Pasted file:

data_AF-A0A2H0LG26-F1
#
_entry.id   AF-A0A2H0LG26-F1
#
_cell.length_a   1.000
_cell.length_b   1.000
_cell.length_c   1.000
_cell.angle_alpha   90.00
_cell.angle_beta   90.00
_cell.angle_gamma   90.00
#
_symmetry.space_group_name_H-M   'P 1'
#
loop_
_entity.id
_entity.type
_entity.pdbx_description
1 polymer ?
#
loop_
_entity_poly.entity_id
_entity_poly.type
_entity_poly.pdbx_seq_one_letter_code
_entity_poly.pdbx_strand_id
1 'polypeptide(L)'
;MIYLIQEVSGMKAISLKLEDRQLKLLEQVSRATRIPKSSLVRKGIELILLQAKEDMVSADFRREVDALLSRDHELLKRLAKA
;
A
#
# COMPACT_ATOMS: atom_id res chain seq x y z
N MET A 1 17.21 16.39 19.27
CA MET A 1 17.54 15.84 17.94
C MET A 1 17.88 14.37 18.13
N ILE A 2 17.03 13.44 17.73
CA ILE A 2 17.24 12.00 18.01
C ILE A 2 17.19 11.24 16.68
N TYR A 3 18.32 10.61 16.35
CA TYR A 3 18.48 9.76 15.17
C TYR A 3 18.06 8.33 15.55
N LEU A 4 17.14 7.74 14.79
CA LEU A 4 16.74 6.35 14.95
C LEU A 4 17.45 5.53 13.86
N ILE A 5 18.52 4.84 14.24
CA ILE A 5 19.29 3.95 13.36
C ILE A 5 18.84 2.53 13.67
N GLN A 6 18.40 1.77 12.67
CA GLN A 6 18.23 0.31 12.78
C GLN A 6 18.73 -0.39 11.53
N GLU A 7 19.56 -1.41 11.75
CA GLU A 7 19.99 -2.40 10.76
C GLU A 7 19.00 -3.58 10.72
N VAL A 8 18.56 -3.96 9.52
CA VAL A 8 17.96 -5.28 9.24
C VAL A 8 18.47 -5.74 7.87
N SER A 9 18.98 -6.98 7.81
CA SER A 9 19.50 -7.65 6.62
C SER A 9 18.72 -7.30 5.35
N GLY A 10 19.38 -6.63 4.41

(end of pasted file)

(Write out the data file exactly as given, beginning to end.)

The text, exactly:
data_AF-A0A2H0LG26-F1
#
_entry.id   AF-A0A2H0LG26-F1
#
_cell.length_a   1.000
_cell.length_b   1.000
_cell.length_c   1.000
_cell.angle_alpha   90.00
_cell.angle_beta   90.00
_cell.angle_gamma   90.00
#
_symmetry.space_group_name_H-M   'P 1'
#
loop_
_entity.id
_entity.type
_entity.pdbx_description
1 polymer ?
#
loop_
_entity_poly.entity_id
_entity_poly.type
_entity_poly.pdbx_seq_one_letter_code
_entity_poly.pdbx_strand_id
1 'polypeptide(L)'
;MIYLIQEVSGMKAISLKLEDRQLKLLEQVSRATRIPKSSLVRKGIELILLQAKEDMVSADFRREVDALLSRDHELLKRLAKA
;
A
#
# COMPACT_ATOMS: atom_id res chain seq x y z
N MET A 1 17.21 16.39 19.27
CA MET A 1 17.54 15.84 17.94
C MET A 1 17.88 14.37 18.13
N ILE A 2 17.03 13.44 17.73
CA ILE A 2 17.24 12.00 18.01
C ILE A 2 17.19 11.24 16.68
N TYR A 3 18.32 10.61 16.35
CA TYR A 3 18.48 9.76 15.17
C TYR A 3 18.06 8.33 15.55
N LEU A 4 17.14 7.74 14.79
CA LEU A 4 16.74 6.35 14.95
C LEU A 4 17.45 5.53 13.86
N ILE A 5 18.52 4.84 14.24
CA ILE A 5 19.29 3.95 13.36
C ILE A 5 18.84 2.53 13.67
N GLN A 6 18.40 1.77 12.67
CA GLN A 6 18.23 0.31 12.78
C GLN A 6 18.73 -0.39 11.53
N GLU A 7 19.56 -1.41 11.75
CA GLU A 7 19.99 -2.40 10.76
C GLU A 7 19.00 -3.58 10.72
N VAL A 8 18.56 -3.96 9.52
CA VAL A 8 17.96 -5.28 9.24
C VAL A 8 18.47 -5.74 7.87
N SER A 9 18.98 -6.98 7.81
CA SER A 9 19.50 -7.65 6.62
C SER A 9 18.72 -7.30 5.35
N GLY A 10 19.38 -6.63 4.41